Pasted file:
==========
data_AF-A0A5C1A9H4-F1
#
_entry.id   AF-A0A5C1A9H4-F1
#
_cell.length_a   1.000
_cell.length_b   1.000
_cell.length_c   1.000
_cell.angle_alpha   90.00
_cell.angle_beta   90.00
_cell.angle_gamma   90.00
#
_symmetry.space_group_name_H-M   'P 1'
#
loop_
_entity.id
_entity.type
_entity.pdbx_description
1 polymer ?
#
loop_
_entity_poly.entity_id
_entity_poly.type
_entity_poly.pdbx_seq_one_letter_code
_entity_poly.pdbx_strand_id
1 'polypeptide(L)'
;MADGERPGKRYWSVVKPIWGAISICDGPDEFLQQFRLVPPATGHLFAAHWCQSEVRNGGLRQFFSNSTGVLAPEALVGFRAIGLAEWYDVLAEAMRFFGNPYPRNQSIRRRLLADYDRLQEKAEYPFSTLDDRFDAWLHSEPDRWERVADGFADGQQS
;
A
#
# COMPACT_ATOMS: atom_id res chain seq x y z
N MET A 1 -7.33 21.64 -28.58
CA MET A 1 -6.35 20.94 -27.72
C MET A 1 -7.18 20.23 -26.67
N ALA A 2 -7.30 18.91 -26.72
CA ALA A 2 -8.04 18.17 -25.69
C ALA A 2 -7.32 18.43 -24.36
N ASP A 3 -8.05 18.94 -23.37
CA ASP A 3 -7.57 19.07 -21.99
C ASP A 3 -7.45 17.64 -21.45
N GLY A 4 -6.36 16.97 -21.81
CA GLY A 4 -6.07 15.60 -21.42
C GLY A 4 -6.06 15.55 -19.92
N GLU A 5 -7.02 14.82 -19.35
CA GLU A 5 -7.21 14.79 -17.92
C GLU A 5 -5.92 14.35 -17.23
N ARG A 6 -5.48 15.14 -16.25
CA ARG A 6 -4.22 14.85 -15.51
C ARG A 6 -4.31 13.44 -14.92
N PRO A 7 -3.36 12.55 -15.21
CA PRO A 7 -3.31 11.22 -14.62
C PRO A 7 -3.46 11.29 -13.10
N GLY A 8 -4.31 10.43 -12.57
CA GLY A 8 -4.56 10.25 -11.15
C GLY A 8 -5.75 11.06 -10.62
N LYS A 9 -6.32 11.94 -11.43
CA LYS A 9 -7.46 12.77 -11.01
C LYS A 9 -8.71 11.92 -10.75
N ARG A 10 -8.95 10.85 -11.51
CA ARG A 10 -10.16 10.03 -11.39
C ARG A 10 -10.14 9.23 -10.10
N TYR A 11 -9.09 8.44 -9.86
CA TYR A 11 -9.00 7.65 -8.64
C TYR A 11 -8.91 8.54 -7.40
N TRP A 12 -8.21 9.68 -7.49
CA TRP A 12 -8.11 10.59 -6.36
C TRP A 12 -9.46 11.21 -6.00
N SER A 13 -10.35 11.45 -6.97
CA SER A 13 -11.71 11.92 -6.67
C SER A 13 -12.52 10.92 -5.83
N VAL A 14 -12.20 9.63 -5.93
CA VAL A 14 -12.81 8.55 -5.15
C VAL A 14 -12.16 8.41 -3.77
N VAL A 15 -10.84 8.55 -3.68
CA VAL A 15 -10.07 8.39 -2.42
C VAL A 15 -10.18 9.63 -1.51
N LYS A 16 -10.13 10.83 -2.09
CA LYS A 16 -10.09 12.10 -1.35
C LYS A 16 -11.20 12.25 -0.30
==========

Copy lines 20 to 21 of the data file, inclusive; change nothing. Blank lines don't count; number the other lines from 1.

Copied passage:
loop_
_entity_poly.entity_id